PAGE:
Skip navigation

The winners of the Kindred People’s Literary Award are Ķempi Kārl and Aado Lintrop

On 1 November, in commemoration of the Udmurt writer and social activist Kuzebai Gerd (1898–1937), the Kindred Peoples’ Programme traditionally announced the winners of the Literary Award.

‘It is remarkable that this year’s winners of the Literary Award are people who are both very good poets and very good scholars,’ said Eva Toulouze, member of the Literary Award jury.

In the fiction category, the prize was awarded to Ķempi Kārl for the Salaca Livonien poetry collection ‘Ēzkyrdiz vīzd’ (‘Ways of Proximity’, 2023). Behind the mysterious Finno-Ugric poet’s pseudonym Ķempi Kārl is the linguist Karl Pajusalu, who has made an invaluable contribution to the promotion of Livonian culture and history and the development of the Livonian language. Pajusalu has a profound knowledge of the subtleties of the Salaca Livonian language and can be said to have revived Salaca Livonian. The jury pointed out that his third collection of poetry, ‘Ēzkyrdiz vīzd’, is outstanding both linguistically and literarily: ‘With his compelling poetry, in which nature motifs intertwine with linguistic puns and contemporary subject matter, he has given the Livs something unique that they never had before.’ The poetry collection includes translations into Latvian and Estonian, in addition to the original texts.

Ķempi Kārl or Karl Pajusalu at the Latvian Embassy in Livonian poetry evening. Photo by Barbi Pilvre/Fenno-Ugria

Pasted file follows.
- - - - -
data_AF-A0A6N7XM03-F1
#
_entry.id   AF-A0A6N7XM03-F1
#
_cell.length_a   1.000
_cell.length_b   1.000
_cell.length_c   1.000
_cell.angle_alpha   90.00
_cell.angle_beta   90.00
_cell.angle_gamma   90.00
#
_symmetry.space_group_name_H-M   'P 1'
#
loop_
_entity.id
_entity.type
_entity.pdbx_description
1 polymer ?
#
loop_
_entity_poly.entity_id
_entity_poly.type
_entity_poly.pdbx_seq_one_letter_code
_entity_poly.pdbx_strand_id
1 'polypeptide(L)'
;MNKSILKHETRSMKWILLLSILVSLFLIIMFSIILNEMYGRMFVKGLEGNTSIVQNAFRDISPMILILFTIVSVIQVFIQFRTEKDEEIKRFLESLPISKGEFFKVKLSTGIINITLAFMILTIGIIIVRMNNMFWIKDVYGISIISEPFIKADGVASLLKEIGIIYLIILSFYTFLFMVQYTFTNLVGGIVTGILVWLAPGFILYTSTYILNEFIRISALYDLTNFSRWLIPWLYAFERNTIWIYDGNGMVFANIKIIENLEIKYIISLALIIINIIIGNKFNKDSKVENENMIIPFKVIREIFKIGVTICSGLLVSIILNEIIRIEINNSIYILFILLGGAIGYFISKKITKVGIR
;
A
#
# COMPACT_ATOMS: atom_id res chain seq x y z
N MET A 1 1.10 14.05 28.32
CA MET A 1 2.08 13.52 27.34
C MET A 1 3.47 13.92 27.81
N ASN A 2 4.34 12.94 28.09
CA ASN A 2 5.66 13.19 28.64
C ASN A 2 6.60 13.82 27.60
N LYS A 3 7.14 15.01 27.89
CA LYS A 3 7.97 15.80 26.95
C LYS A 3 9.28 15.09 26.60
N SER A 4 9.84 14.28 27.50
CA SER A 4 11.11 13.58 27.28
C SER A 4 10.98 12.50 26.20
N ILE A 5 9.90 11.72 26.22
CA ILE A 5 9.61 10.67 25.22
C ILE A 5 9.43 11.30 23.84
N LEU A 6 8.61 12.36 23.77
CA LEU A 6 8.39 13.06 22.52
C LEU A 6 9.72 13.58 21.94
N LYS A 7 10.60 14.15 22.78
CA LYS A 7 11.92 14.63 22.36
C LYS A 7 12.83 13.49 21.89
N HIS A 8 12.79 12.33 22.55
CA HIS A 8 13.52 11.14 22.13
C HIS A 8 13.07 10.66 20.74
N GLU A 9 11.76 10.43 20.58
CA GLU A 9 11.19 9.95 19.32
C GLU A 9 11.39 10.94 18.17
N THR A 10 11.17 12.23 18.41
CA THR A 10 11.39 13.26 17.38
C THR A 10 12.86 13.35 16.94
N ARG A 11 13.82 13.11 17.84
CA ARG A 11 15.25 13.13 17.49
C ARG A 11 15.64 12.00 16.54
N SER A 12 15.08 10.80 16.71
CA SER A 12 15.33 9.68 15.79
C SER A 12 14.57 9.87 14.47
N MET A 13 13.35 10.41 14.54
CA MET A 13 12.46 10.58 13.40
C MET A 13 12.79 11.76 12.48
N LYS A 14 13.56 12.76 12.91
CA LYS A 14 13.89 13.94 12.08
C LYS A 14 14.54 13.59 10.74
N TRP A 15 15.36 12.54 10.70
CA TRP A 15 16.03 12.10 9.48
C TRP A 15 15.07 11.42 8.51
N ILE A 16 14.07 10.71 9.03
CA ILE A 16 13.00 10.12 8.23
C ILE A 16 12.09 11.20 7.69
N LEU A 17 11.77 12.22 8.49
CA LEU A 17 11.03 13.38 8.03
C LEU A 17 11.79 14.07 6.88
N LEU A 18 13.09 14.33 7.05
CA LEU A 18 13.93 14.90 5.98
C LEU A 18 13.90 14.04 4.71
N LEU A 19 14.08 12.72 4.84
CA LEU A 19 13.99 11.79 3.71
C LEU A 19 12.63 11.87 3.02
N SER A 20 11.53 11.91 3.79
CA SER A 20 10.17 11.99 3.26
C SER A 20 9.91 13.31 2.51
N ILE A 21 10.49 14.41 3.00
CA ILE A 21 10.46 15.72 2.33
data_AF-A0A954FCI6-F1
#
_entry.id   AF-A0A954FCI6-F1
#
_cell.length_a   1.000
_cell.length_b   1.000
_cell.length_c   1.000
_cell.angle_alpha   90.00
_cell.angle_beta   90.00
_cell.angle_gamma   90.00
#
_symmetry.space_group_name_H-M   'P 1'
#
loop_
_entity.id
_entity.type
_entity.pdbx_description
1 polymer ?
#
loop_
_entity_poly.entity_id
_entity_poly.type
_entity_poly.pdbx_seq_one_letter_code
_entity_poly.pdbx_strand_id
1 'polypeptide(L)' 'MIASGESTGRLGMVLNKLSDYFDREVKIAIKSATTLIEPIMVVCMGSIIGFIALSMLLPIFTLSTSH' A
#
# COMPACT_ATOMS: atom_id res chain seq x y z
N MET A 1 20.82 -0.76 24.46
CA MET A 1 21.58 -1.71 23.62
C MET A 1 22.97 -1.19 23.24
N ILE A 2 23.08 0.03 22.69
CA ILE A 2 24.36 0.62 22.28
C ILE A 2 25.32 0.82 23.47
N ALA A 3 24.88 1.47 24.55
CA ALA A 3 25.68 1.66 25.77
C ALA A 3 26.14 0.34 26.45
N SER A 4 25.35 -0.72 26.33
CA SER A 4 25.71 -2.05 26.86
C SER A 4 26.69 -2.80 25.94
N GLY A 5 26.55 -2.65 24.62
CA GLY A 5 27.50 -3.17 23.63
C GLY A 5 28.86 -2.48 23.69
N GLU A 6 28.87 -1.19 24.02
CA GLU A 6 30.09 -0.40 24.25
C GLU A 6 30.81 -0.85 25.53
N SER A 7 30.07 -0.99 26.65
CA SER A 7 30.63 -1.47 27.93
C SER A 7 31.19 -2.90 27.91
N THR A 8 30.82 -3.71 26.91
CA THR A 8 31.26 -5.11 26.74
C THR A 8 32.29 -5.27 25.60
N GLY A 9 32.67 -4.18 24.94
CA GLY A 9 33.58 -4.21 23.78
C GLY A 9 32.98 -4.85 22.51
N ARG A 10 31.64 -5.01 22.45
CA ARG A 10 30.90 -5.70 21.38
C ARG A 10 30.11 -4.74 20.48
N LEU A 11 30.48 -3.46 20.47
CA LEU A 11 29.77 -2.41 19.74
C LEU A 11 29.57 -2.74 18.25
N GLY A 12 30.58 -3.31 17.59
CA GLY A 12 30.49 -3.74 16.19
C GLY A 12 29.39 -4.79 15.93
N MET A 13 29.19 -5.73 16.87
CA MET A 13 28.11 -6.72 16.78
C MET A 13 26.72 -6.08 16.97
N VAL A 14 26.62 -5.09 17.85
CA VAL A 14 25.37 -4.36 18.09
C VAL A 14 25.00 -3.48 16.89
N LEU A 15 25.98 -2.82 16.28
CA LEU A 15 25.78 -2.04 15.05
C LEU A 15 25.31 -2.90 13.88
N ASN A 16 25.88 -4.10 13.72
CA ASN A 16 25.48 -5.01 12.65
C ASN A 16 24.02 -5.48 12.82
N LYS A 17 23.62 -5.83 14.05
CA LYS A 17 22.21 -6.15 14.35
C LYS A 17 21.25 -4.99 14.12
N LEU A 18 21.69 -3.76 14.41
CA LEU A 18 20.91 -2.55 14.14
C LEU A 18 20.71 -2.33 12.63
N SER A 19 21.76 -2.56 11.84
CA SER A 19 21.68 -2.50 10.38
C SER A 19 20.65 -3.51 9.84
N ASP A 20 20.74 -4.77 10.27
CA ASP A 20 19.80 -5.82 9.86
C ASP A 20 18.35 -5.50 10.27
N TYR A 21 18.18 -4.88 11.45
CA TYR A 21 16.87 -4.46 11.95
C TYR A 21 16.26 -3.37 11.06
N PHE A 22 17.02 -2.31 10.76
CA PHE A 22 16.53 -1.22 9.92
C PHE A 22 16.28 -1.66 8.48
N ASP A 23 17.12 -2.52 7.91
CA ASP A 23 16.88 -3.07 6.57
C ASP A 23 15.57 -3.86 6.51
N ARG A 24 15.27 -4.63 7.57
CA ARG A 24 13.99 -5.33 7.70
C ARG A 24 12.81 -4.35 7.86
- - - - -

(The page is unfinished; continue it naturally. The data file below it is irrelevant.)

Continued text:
According to Valts Ernštreits, Director of the Livonian Institute at the University of Latvia, Ķempi Kārli’s poems are exemplary and inspiring: ‘He not only uses the Livonian language of Livonia in his poems, but also creates the mood and spirit of the Livonian world in his home region. His poems have been set to music and choral songs. His poems have been translated into Estonian, Latvian, English, Finnish, Hungarian and other languages.’

Aado Lintrop was awarded the Literary Award for the promotion and introduction of literature of stateless Finno-Ugric peoples in Estonia. Aado Lintrop is a folklorist, scholar of religion and Finno-Ugric poet. The collection of Mansi folklore he compiled and translated, ‘The City on an Iron Horse with Seven Wings’ (2019), is an outstanding work that conveys the poetry and depth of Mansi oral tradition. Annotated, it is an essential guide to Mansi language and culture. But this work is just one part of Lintrop’s long-standing commitment to the transmission of Finno-Ugric folklore and literature. He has participated in numerous field trips, published scientific research as well as works of fiction, translated kindred folklore into Estonian, created Finno-Ugric online communities and made documentary films. In 2014, as a result of his long-term research, the collection ‘Stories of the Creation Era’ was published, in which the author’s writings analysing the folklore of the peoples of Northern Eurasia are juxtaposed with translations of Nganasan, Mansi, Khanty and Udmurt folklore texts. ‘In his philosophical journeys, he has gone from fairy tales to shamanism and back again,’ said jury member Jürgen Rooste, describing Aado Lintrop’s long and varied career.

Aado Lintrop. Photo by Ivo Kruusamägi

The Kindred Peoples’ Programme of the Ministry of Education and Research, in cooperation with the Association of Finno-Ugric Literatures, has been awarding the Literary Award since 2007. The aim of the award is to recognise the work of authors or translators of the literature of kindred peoples without their own statehood. This year, the jury included Eva Toulouze, Indrek Koff, Jaan Õispuu and Jürgen Rooste. The award amounts to €2500.


Marika Alver

Kindred Peoples’ Programme Coordinator